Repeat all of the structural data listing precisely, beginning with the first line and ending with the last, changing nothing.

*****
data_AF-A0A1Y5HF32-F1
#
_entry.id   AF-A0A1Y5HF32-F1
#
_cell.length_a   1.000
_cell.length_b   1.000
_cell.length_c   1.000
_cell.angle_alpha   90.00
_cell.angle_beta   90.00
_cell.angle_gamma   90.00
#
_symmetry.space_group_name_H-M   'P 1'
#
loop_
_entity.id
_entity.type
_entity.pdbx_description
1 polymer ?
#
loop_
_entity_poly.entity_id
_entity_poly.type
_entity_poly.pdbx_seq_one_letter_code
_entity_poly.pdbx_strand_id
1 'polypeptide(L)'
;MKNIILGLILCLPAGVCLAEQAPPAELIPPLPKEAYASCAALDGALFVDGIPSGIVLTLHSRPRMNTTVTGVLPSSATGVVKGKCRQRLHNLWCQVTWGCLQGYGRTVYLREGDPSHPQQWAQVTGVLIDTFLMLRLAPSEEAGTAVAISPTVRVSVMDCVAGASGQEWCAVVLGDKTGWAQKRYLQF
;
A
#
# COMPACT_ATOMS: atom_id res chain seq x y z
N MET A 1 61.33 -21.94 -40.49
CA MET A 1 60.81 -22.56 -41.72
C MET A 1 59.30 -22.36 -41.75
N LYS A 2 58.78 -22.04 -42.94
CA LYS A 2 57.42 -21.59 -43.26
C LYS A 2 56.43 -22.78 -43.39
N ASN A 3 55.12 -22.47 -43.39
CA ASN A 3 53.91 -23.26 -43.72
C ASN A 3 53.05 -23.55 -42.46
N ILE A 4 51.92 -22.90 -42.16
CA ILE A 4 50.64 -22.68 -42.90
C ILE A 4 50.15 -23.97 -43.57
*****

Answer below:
data_AF-A0A1Y5HF32-F1
#
_entry.id   AF-A0A1Y5HF32-F1
#
_cell.length_a   1.000
_cell.length_b   1.000
_cell.length_c   1.000
_cell.angle_alpha   90.00
_cell.angle_beta   90.00
_cell.angle_gamma   90.00
#
_symmetry.space_group_name_H-M   'P 1'
#
loop_
_entity.id
_entity.type
_entity.pdbx_description
1 polymer ?
#
loop_
_entity_poly.entity_id
_entity_poly.type
_entity_poly.pdbx_seq_one_letter_code
_entity_poly.pdbx_strand_id
1 'polypeptide(L)'
;MKNIILGLILCLPAGVCLAEQAPPAELIPPLPKEAYASCAALDGALFVDGIPSGIVLTLHSRPRMNTTVTGVLPSSATGVVKGKCRQRLHNLWCQVTWGCLQGYGRTVYLREGDPSHPQQWAQVTGVLIDTFLMLRLAPSEEAGTAVAISPTVRVSVMDCVAGASGQEWCAVVLGDKTGWAQKRYLQF
;
A
#
# COMPACT_ATOMS: atom_id res chain seq x y z
N MET A 1 61.33 -21.94 -40.49
CA MET A 1 60.81 -22.56 -41.72
C MET A 1 59.30 -22.36 -41.75
N LYS A 2 58.78 -22.04 -42.94
CA LYS A 2 57.42 -21.59 -43.26
C LYS A 2 56.43 -22.78 -43.39
N ASN A 3 55.12 -22.47 -43.39
CA ASN A 3 53.91 -23.26 -43.72
C ASN A 3 53.05 -23.55 -42.46
N ILE A 4 51.92 -22.90 -42.16
CA ILE A 4 50.64 -22.68 -42.90
C ILE A 4 50.15 -23.97 -43.57